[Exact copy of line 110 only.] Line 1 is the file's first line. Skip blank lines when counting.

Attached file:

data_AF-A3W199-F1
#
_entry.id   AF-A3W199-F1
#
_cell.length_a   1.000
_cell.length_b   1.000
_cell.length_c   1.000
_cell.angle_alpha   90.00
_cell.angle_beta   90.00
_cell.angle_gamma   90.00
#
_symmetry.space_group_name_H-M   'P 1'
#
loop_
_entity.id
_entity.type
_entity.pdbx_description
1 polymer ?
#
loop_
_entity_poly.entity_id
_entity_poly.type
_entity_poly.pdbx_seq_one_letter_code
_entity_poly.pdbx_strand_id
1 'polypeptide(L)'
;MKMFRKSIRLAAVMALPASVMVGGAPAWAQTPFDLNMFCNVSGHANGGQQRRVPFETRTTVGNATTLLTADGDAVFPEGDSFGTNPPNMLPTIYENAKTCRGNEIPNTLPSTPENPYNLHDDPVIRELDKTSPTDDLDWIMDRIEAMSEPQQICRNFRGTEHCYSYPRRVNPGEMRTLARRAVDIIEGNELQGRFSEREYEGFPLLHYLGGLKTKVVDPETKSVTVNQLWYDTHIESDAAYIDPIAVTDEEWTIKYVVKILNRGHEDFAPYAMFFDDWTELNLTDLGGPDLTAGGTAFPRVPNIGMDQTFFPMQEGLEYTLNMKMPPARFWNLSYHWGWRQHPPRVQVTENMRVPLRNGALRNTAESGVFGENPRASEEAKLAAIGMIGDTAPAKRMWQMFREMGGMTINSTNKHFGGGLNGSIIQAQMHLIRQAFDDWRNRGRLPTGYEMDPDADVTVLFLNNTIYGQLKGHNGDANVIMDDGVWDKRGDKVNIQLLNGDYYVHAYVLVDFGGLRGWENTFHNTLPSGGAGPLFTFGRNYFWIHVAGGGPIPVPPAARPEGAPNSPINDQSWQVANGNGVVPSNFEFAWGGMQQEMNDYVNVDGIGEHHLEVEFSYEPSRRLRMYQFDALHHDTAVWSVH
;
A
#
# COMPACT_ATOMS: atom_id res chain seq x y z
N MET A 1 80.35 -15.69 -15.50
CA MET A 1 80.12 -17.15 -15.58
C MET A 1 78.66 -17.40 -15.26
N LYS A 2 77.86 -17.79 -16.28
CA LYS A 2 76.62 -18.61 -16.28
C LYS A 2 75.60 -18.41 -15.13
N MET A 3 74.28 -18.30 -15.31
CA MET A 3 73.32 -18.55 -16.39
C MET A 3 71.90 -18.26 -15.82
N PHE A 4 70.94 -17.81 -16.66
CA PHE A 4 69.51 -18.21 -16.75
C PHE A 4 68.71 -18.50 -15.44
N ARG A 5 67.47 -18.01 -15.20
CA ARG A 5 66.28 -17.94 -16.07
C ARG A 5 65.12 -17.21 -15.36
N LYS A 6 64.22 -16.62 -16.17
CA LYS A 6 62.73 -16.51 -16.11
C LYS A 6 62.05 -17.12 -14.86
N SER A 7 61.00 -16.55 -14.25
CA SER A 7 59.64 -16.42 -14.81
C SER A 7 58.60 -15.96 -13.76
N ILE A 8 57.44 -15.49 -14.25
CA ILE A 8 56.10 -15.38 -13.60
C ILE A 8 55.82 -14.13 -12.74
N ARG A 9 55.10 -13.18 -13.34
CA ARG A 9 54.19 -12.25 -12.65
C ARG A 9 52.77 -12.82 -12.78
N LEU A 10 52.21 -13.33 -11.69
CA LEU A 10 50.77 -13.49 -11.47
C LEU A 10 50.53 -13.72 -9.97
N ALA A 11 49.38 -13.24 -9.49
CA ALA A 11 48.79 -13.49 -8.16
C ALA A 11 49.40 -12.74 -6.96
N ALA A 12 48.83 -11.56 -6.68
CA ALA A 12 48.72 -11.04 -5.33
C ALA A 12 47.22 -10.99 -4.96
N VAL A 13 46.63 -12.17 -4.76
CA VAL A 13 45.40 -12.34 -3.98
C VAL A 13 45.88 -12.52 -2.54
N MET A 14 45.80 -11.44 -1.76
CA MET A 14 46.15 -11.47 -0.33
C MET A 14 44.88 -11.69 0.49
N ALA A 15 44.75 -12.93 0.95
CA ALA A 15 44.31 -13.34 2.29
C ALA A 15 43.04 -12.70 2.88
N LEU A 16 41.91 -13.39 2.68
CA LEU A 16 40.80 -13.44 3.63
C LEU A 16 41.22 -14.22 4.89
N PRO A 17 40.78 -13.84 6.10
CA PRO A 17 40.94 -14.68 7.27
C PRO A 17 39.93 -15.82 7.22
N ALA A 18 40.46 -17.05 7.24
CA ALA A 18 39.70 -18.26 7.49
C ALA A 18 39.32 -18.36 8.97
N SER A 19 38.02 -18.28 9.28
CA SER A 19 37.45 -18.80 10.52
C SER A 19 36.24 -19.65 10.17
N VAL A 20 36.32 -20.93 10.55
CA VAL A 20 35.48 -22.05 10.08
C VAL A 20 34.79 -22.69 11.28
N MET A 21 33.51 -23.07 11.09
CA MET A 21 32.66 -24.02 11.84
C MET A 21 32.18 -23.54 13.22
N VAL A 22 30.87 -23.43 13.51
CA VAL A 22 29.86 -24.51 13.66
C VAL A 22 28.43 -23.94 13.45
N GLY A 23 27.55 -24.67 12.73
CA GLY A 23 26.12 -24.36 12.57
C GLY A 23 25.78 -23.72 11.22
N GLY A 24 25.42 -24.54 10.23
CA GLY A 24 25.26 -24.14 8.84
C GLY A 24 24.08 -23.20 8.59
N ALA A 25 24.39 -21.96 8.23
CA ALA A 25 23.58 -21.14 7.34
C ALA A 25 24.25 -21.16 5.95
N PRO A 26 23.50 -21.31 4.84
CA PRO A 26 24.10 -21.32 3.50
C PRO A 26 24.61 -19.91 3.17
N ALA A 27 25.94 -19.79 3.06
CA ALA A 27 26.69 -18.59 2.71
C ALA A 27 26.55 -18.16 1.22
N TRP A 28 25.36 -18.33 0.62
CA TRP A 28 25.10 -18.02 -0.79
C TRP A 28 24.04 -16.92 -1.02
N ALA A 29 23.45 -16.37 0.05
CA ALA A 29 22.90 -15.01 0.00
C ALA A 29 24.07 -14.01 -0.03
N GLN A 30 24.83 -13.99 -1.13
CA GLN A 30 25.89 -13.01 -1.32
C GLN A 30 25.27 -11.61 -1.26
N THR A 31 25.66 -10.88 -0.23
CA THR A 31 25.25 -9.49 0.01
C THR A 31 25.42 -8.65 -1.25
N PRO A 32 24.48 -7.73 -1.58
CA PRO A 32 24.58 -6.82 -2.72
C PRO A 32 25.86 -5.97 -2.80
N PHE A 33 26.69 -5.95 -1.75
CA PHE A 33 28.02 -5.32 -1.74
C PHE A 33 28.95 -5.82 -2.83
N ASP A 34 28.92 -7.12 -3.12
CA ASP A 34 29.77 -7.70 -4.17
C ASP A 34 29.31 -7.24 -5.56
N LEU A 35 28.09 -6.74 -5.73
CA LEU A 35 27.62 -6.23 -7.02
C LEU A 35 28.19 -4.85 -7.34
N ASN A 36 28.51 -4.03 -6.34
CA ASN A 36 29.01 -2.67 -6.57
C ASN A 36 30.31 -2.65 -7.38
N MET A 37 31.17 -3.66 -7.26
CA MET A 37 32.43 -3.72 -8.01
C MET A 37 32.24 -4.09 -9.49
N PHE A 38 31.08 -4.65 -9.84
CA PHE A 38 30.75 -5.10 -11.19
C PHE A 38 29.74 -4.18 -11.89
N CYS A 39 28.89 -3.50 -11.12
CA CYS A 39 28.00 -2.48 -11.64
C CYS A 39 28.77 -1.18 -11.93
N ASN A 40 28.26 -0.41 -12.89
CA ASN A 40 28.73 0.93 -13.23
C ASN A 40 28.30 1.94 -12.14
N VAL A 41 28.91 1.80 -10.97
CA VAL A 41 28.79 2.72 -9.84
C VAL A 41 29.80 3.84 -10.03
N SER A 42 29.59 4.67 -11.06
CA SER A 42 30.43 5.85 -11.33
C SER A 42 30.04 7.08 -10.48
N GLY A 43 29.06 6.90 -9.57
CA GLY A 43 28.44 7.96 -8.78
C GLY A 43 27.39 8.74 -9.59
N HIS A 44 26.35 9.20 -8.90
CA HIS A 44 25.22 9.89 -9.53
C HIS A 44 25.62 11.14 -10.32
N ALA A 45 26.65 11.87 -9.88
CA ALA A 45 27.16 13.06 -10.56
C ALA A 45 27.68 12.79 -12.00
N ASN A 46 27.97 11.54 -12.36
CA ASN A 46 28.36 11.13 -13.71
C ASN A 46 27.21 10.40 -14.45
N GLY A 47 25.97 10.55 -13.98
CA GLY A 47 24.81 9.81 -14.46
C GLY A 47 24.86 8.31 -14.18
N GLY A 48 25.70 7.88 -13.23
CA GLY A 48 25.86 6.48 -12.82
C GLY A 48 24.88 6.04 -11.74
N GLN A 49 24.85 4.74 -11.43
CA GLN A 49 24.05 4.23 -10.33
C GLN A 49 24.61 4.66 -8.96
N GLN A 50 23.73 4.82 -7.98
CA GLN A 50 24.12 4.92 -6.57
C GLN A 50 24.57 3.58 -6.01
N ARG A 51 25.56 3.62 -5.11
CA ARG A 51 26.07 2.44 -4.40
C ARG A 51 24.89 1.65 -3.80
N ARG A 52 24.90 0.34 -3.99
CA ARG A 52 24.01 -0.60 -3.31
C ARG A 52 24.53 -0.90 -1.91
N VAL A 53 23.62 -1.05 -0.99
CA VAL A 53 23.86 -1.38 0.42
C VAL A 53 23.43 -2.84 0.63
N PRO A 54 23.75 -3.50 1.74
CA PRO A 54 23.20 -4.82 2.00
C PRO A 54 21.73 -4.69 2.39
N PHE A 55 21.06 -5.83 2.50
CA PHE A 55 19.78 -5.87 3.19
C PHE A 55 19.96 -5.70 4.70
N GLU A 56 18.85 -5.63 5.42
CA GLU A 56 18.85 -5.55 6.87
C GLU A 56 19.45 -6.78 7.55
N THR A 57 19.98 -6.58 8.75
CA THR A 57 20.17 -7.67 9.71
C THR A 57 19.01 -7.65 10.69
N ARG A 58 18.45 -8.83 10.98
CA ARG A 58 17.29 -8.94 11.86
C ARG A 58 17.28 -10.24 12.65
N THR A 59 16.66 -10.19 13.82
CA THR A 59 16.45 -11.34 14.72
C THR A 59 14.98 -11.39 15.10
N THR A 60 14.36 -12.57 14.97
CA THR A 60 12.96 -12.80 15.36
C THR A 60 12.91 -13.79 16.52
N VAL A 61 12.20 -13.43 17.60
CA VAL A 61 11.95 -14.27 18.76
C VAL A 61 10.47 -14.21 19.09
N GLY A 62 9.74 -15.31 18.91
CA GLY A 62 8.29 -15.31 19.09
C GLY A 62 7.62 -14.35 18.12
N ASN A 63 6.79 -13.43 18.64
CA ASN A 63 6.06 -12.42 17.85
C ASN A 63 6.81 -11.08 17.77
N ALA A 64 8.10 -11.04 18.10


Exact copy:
CA ALA A 27 26.69 -18.59 2.71